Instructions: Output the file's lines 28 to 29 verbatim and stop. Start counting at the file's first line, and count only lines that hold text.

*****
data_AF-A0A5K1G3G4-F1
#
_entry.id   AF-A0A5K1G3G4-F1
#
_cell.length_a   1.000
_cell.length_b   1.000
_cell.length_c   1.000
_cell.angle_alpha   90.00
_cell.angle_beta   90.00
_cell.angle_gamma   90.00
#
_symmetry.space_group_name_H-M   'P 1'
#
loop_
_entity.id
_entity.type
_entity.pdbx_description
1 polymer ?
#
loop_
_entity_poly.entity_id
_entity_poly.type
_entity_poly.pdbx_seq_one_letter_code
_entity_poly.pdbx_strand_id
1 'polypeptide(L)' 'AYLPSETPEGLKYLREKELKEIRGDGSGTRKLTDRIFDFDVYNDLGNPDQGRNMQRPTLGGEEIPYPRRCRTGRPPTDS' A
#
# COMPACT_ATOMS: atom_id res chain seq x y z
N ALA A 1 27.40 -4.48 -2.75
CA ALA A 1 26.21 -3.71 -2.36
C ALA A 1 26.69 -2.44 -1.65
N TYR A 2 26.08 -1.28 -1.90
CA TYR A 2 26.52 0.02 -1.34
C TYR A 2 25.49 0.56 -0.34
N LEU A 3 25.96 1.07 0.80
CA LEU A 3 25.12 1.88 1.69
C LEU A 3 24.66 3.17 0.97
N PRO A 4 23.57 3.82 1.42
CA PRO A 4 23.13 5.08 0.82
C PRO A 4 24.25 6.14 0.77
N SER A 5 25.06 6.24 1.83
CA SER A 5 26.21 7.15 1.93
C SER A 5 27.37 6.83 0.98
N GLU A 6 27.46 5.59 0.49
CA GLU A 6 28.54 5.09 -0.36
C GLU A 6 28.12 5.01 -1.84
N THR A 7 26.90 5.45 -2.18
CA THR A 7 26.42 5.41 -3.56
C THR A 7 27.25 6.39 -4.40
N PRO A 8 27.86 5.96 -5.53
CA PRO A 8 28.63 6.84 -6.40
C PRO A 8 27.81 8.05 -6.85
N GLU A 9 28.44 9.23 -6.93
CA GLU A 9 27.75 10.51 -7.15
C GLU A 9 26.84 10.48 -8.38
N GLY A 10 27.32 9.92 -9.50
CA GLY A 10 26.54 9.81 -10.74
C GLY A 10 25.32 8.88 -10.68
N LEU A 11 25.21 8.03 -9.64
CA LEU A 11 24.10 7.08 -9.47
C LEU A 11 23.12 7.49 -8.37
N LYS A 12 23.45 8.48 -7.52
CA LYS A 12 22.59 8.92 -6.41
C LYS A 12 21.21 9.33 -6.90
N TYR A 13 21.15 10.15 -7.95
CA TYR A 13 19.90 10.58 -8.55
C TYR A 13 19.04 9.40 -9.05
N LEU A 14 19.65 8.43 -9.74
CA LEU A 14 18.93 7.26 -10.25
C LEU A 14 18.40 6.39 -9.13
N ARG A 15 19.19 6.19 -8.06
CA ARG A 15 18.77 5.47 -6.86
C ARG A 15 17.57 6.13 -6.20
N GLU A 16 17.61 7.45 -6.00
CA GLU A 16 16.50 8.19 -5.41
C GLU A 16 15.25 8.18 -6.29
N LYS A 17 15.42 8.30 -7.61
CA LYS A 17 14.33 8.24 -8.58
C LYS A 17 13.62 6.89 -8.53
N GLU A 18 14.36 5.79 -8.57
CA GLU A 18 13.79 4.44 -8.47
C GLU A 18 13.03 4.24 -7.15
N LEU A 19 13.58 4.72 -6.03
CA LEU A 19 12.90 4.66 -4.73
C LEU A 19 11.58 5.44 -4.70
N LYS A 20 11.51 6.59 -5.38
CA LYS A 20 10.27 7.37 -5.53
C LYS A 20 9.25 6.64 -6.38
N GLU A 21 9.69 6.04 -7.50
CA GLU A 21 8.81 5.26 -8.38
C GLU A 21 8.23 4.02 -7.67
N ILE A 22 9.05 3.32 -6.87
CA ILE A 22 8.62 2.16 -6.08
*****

N ALA A 1 27.40 -4.48 -2.75
CA ALA A 1 26.21 -3.71 -2.36